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Fishing sector ‘shipshape’ ahead of EU scrutiny

Fishing sector ‘shipshape’ ahead of EU scrutiny

BANGKOK: In a bid to get the European Union’s yellow card lifted from the lucrative fishery sector, Thai authorities have completed the registration of migrant workers ahead of a visit by an EU inspection team.

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By Bangkok Post

Tuesday 3 April 2018, 09:03AM


A fishing trawler heads to sea from a southern port. Government insists there are no more illegal migrants on fishing boats, because all are registered. Photo: Bangkok Post / file

A fishing trawler heads to sea from a southern port. Government insists there are no more illegal migrants on fishing boats, because all are registered. Photo: Bangkok Post / file

Deputy Prime Minister Gen Chatchai Sarikulya told media yesterday (Apr 2) that the Labour Ministry has already completed registering around one million alien fishery workers.

“Thailand no longer has illegal migrants working on commercial trawlers or in fishing-related businesses as we have completed registering them. In addition, we also required them to have their irises scanned for identification purposes. This goes beyond the requirements of the European Union,” Gen Chatchai told the media at the Fisheries Department in Bangkok which is preparing for the team who will arrive tomorrow (Apr 4) to inspect the situation regarding Illegal, Unreported and Unregulated (IUU) fishing.

Thailand’s fishing industry was yellow-carded by the EU in April 2015.

As well as unsustainable fishing methods, human trafficking has been a major concern of the EU.

Indeed, the labour issue will top the agenda during talks, according to a well-placed source at the Department of Fisheries.

To solve the illegal labour issue, Thai authorities in February ordered the registration of over a million foreign labourers in the fishery sector.

According to the EU’s itinerary, inspectors will randomly visit Port-In/Port-Out (Pipo) centres at major fishery piers along the coastal provinces.

The Pipo centres will provide information about commercial trawlers’ arrivals and departures.

BRITISH INTERNATIONAL SCHOOL, PHUKET

They will also visit the Fisheries Monitoring Centre (FMC) in Bangkok to ascertain whether the centre is able to deal with trawlers that violate the law.

“What we have accomplished [in regulating and monitoring fisheries and trawlers] will eventually pave the way for sustainable fishing in close cooperation with the EU’s members,” said Gen Chatchai who last week visited Pipo centres in Samut Prakan and Songkhla provinces.

Since being yellow-carded in 2015, Thailand has been trying to clean up and develop its fishery sector.

The Command Centre for Combating Illegal Fishing (CCCIF) was established that year under a National Council for Peace and Order (NCPO) command for dealing with the problem.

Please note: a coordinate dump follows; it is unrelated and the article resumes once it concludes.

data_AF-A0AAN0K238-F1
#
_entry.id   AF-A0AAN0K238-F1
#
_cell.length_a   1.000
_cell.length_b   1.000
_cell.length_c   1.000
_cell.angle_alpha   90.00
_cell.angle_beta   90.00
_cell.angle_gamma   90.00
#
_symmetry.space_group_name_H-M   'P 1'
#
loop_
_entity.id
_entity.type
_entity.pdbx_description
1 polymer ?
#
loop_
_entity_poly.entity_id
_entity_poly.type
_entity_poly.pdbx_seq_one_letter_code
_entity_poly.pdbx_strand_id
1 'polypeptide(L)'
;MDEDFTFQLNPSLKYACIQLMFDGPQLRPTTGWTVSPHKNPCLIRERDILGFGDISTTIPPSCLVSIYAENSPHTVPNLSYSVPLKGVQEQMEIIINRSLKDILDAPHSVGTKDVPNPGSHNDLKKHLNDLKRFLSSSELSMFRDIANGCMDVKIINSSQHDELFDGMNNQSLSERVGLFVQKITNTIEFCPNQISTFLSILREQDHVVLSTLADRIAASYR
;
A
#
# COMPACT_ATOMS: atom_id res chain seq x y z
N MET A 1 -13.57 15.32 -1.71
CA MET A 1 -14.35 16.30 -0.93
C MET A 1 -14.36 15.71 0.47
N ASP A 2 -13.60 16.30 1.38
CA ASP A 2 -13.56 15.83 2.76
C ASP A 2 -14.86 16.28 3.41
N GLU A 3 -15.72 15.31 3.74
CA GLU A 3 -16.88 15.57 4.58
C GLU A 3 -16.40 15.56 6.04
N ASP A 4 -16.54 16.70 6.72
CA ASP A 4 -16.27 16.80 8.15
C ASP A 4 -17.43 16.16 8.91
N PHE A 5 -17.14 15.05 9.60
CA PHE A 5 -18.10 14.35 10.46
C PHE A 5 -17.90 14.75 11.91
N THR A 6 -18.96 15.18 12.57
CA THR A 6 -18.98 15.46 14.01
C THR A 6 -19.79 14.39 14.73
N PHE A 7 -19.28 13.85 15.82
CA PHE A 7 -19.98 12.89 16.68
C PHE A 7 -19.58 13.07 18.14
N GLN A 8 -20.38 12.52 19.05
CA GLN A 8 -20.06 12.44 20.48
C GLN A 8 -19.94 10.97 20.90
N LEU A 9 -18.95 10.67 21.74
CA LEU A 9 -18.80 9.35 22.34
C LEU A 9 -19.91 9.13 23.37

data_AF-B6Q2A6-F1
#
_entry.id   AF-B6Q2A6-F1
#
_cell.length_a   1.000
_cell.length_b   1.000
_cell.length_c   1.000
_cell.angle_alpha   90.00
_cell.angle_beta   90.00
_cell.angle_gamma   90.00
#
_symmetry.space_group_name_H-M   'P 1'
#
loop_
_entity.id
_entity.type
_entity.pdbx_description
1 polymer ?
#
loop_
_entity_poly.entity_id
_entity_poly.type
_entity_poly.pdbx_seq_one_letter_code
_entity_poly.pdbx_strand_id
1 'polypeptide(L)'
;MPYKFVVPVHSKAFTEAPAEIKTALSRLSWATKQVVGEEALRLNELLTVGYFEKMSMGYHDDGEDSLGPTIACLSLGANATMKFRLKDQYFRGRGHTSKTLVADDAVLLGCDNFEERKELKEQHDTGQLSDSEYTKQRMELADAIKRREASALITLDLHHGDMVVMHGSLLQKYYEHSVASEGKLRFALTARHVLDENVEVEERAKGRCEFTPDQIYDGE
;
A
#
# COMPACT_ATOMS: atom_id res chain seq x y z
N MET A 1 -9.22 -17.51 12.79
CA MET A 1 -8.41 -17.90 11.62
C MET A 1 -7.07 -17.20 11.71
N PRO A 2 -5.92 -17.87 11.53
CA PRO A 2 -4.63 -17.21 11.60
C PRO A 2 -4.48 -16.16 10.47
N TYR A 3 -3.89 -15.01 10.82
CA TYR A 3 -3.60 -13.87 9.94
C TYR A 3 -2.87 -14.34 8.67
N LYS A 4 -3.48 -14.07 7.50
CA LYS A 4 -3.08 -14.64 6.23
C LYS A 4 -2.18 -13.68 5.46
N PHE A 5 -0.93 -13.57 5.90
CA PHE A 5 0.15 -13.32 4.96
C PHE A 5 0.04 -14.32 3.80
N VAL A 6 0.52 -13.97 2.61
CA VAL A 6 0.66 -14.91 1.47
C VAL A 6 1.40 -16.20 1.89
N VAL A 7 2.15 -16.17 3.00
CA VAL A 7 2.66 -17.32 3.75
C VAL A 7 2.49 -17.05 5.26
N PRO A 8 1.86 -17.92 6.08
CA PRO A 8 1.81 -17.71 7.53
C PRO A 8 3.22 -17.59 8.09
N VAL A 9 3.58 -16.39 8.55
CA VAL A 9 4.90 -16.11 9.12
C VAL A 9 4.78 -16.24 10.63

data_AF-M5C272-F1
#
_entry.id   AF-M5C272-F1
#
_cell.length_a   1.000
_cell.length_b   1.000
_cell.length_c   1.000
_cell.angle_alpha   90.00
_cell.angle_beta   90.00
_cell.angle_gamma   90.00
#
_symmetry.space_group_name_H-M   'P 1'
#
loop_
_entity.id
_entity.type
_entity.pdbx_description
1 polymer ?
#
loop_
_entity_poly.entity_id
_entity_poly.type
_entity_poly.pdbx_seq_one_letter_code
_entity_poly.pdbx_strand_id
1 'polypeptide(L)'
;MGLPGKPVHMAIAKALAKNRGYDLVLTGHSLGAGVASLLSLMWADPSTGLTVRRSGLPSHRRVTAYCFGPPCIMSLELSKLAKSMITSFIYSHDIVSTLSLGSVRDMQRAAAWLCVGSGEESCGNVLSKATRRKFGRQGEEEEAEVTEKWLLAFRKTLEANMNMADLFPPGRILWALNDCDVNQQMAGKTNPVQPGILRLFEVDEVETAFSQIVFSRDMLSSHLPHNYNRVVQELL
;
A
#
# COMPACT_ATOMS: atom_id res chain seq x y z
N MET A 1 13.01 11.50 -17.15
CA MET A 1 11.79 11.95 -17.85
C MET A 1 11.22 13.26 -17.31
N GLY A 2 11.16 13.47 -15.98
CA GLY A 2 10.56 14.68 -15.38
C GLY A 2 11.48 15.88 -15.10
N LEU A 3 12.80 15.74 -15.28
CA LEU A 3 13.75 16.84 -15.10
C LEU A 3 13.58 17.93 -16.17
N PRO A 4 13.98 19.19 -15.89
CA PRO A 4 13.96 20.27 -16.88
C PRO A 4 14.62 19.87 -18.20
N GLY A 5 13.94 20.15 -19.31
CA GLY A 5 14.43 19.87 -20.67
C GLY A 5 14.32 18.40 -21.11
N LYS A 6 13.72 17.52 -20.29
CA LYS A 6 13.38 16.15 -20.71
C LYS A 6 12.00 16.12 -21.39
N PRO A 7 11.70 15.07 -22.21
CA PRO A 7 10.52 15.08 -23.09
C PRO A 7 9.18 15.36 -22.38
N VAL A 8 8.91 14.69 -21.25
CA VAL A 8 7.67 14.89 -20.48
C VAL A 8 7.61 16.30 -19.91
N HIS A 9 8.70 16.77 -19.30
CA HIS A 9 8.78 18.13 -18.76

Many measures were implemented, including new laws, the establishment of Pipo centres, vessel monitoring and traceability systems.

Thailand is the world’s third-largest exporter of fish products. Failure to resolve the IUU problem could result in a trade ban on exports to the EU, with an estimated loss to the country of US$300 million (B9.36 billion).

Read original story here.

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ematt | 13 April 2018 - 13:53:49

Clearly, the EU inspectors should skip their meetings with the Thai officials, and just meet directly with the experts posting here....

Capt B | 12 April 2018 - 23:30:00

I regret to inform you that the comment was not a joke. Yes, allegations & fake news. Usually you will find it is just a game & they want money. Murder is not Slavery & has nothing to do with Slavery. 

malczx7r | 12 April 2018 - 10:57:00

"no slavery in the Thai fishing industry" I hope that comment was a joke, tell that to the many who are murdered and thrown overboard! Allegedly!

Capt B | 11 April 2018 - 06:18:08

...s.  "Zukergerg MK II". Yes indeed, there's nothing like a captive audience. There is a much cheaper option soon to be available with Low Earth Orbit Satellite System. Hi Speed World wide Satellite Wireless faster than fiber optic cable. There is no slavery in the Thai Fishing Industry & never was. The EU should pay for ALL of the The Thai Fisherman's Compliance expenses.

Capt B | 11 April 2018 - 06:12:09

Fishermen are perhaps the last true hunter gatherers. They live by their wits, their unrelenting hard labor and hard won experience. Their hours are not determined by a ticking clock, but by the weather and the habits of their prey. I sincerely hope that the Thai Gov has not signed up to or made any binding agreements with the VMS / Airtime / Satellite Owners Communications & Hardware provider...

Kurt | 03 April 2018 - 13:35:25

I don't believe what thai Officials are saying.
Wait and hear about the findings of the next EU inspections.
EU inspectors look through the thai paperwork as only that satisfy here in Thailand.
I am sure the thai Officials have already a book with excuses, denies, and may be fraud ( misunderstanding) papers stand by to safe face. TIT.

malczx7r | 03 April 2018 - 12:51:54

I thought my countries politicians and ministers were bad, but does anybody actually believe anything that they say here??

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